A Seattle man, Paul M. Skinner, 38, was sentenced to 30 days in jail and a fine of $500 for reckless endangerment last Friday. Mr. Skinner was flying a drone during last year’s Pride Parade when he lost control of the drone and it injured two people, knocking one woman unconscious.
The sentence and fine were handed down by Seattle Municipal Court Willie Gregory. It is the first instance of someone in Seattle being charged with a crime related to drone use. It may be just the start. The FAA recently released a report on drone sightings noting a significant increase in drones showing up where they do not belong.
The FAA states in its recent release:
The agency wants to send out a clear message that operating drones around airplanes, helicopters and airports is dangerous and illegal. Unauthorized operators may be subject to stiff fines and criminal charges, including possible jail time.
Mr. Skinner has learned that. And he is lucky to the extent that City Attorney Pete Holmes had sought a 90 day jail term.
In representing Holmes before Judge Gregory, Assistant City Prosecutor Raymond Lee said Seattle residents “should not fear a drone strike falling from the sky” and noted that the defendant created the situation that caused the harm. When Skinner lost control of the drone, it crashed into a building on 4th Avenue and then struck the two people; one woman suffered a concussion and a man was bruised.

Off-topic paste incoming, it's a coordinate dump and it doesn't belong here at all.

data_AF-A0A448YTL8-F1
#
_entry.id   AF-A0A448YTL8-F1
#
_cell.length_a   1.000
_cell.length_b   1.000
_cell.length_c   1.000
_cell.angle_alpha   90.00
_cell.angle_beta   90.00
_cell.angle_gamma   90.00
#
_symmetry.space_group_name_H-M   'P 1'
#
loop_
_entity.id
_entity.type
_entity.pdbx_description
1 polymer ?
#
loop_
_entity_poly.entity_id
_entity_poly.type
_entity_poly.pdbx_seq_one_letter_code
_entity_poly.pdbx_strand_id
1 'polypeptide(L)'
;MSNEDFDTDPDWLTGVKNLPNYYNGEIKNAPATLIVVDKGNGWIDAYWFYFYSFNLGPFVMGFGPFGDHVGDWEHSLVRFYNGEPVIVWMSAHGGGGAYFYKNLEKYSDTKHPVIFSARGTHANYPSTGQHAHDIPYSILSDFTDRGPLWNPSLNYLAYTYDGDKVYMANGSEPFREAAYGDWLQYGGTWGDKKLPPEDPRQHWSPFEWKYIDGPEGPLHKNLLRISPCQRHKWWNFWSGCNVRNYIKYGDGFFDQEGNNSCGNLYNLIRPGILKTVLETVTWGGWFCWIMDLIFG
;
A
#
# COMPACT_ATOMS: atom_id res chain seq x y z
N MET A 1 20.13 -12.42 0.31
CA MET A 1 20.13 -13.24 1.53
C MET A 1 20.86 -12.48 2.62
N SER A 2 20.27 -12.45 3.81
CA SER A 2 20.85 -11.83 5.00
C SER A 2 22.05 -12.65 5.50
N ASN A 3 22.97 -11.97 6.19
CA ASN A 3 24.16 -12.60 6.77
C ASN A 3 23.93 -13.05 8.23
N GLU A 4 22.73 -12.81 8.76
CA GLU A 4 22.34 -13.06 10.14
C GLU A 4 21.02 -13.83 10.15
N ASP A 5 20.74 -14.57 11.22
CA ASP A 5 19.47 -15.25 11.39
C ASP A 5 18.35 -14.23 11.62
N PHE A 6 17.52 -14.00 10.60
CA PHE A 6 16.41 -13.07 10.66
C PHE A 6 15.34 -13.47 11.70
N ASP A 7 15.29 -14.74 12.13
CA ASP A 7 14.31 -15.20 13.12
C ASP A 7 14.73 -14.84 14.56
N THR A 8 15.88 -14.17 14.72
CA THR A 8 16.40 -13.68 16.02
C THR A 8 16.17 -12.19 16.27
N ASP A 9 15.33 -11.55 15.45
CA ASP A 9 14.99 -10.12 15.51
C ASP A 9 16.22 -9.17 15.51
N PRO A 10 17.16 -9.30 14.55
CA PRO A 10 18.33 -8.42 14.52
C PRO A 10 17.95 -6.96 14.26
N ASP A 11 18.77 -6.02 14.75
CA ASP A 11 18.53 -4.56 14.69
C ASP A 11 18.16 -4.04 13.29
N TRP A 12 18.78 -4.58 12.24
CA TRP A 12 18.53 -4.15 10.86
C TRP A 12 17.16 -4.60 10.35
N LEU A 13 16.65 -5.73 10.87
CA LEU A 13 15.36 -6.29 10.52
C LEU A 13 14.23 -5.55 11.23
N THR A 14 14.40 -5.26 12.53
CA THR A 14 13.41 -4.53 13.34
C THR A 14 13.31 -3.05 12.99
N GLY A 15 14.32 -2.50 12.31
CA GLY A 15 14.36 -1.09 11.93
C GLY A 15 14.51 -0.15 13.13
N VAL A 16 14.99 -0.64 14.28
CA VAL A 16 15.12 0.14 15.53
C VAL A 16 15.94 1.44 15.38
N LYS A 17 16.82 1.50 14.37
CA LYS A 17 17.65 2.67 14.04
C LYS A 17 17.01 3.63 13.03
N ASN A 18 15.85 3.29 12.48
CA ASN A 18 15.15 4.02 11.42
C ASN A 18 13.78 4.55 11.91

Last month a jury convicted Skinner of reckless endangerment, which is defined this way: “A person is guilty of reckless endangerment when he recklessly engages in conduct which creates a substantial risk of death or serious bodily injury to another person.”
In handing down the sentence, Gregory, who had presided over the four-day jury trial in January, recalled that “the [woman] victim had a hard time talking about what happened to her when you [Skinner] placed that drone in the air.” A hearing is set for May 25 to resolve the amount of restitution that Skinner owes the woman for her medical treatment.
Skinner’s attorney said he will appeal the verdict. While it is pending, Skinner will not have to serve the 30 days in jail. However, he will have to meet the other conditions imposed by the court.
“With limited legal tools at our disposal,” Holmes said, “I’m extremely proud of the job Raymond Lee and Jeff Wolf [Lee’s co-counsel] did. Operators should know that we will continue to go after them when they disregard public safety.”
All recreational drone users are obligated to know the rules and regulations for flying. You can find that information here.